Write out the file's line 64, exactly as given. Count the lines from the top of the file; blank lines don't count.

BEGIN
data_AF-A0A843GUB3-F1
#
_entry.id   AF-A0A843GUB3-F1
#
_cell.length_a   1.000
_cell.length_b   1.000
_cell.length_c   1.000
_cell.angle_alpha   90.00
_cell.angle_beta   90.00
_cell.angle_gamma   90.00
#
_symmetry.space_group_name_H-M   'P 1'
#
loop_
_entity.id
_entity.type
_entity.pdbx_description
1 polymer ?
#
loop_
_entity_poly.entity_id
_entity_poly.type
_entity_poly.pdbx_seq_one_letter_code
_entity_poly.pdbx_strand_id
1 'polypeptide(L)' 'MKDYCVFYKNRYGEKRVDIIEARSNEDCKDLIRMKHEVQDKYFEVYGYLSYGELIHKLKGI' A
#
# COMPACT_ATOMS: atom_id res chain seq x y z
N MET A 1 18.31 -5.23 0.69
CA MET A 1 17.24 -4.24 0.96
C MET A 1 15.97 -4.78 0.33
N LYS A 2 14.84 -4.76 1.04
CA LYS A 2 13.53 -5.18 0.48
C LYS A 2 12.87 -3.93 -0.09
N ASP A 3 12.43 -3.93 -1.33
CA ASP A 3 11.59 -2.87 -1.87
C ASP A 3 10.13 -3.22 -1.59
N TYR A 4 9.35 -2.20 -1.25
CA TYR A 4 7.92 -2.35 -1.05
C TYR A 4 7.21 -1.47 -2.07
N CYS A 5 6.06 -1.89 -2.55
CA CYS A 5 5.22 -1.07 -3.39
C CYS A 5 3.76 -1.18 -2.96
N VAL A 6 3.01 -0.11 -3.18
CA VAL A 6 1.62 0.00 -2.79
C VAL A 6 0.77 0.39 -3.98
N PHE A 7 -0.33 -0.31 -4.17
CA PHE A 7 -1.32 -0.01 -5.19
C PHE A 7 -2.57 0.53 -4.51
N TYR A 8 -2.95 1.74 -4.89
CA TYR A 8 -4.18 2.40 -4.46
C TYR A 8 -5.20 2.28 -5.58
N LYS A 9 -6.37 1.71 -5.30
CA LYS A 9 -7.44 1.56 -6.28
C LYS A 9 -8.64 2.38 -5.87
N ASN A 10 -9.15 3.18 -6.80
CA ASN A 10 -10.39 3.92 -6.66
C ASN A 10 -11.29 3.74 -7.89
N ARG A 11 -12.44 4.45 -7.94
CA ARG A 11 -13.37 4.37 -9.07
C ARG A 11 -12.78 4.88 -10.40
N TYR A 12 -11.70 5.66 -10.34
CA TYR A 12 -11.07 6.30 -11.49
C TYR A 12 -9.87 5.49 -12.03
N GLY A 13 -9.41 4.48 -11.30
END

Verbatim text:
N GLY A 13 -9.41 4.48 -11.30